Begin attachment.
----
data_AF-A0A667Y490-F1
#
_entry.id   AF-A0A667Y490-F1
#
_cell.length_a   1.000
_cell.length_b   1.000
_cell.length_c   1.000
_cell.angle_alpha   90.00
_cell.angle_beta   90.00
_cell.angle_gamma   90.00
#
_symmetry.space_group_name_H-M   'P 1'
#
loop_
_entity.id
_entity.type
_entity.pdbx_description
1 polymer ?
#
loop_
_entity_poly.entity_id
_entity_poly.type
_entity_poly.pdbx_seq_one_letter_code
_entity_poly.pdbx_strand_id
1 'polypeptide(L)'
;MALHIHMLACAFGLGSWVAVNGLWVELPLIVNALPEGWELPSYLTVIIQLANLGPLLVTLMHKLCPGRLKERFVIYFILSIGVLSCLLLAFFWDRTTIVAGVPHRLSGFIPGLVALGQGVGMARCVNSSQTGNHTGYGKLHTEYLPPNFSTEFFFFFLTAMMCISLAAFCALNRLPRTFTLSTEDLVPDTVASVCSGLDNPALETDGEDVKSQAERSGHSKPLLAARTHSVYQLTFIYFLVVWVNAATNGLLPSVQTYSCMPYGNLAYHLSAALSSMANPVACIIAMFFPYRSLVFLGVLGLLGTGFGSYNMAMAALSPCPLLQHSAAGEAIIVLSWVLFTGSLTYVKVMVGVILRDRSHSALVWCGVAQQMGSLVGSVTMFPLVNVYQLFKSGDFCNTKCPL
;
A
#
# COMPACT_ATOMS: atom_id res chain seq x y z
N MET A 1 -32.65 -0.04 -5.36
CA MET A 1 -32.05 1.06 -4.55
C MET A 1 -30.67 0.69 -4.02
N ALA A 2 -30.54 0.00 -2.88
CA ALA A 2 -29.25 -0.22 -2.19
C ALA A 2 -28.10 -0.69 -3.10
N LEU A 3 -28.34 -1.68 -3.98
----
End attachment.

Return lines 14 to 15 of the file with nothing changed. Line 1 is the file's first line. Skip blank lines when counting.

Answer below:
loop_
_entity.id